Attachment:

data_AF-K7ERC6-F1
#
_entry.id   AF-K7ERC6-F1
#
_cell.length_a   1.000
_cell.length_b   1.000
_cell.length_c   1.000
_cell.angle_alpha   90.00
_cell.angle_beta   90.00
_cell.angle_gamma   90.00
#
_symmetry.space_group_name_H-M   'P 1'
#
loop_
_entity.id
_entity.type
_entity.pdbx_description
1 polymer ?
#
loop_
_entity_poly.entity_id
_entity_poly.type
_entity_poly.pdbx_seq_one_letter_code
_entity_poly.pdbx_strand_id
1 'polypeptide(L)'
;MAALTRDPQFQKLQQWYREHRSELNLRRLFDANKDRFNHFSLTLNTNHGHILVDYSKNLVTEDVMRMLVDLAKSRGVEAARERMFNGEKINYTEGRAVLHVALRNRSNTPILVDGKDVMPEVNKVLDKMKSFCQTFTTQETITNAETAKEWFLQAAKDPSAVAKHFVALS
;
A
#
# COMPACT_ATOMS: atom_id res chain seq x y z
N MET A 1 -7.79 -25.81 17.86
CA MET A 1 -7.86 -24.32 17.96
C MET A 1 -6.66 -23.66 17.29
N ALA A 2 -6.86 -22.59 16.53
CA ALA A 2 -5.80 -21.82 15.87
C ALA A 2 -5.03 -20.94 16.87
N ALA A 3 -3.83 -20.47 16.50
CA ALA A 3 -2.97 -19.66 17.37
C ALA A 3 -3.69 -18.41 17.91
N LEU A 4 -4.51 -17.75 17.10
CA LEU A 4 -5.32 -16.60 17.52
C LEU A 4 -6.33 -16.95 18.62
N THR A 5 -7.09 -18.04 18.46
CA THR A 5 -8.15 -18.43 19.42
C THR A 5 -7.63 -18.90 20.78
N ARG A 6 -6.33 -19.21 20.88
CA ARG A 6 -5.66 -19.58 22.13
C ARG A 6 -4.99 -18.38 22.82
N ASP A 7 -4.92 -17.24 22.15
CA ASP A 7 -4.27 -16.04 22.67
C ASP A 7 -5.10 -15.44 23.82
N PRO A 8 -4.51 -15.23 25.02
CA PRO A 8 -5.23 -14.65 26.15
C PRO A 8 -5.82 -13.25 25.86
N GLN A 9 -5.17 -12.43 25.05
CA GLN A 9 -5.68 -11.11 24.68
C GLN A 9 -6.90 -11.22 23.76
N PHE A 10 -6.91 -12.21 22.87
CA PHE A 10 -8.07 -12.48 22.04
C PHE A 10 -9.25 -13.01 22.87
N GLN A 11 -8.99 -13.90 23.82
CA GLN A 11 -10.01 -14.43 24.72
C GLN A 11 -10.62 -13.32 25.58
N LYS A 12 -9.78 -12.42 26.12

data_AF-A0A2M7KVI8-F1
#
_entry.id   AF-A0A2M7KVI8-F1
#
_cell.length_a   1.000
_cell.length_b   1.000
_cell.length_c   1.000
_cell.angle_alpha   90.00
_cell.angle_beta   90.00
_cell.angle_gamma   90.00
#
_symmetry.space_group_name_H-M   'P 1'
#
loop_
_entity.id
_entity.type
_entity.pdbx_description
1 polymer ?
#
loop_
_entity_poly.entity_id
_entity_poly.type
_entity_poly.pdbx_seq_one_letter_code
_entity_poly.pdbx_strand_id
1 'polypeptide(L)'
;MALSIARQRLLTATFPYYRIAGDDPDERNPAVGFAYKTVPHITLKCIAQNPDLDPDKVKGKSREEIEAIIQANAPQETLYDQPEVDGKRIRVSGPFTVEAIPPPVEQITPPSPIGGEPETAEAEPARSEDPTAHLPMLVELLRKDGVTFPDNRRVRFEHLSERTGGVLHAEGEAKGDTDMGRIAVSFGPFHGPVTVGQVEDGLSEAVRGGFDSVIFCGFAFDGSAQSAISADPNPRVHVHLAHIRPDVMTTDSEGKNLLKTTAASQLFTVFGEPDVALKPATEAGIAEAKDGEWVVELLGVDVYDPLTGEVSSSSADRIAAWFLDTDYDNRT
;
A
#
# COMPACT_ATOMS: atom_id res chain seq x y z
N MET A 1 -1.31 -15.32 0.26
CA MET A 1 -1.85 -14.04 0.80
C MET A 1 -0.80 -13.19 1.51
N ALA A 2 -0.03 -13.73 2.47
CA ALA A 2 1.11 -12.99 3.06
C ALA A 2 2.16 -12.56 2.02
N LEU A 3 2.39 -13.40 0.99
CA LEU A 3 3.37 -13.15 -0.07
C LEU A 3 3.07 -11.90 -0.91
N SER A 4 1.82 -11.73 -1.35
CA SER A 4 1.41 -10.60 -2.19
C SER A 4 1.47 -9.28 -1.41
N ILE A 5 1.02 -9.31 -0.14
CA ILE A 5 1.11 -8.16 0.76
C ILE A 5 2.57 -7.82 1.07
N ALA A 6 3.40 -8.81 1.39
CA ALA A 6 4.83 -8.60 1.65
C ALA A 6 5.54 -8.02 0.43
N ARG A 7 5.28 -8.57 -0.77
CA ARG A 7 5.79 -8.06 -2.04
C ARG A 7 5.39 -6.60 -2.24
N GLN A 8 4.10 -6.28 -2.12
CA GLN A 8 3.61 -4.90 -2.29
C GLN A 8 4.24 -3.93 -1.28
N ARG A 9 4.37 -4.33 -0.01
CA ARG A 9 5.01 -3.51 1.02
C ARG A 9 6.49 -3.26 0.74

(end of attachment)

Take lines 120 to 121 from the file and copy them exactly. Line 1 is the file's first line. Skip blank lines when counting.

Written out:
CA ARG A 9 5.01 -3.51 1.02
C ARG A 9 6.49 -3.26 0.74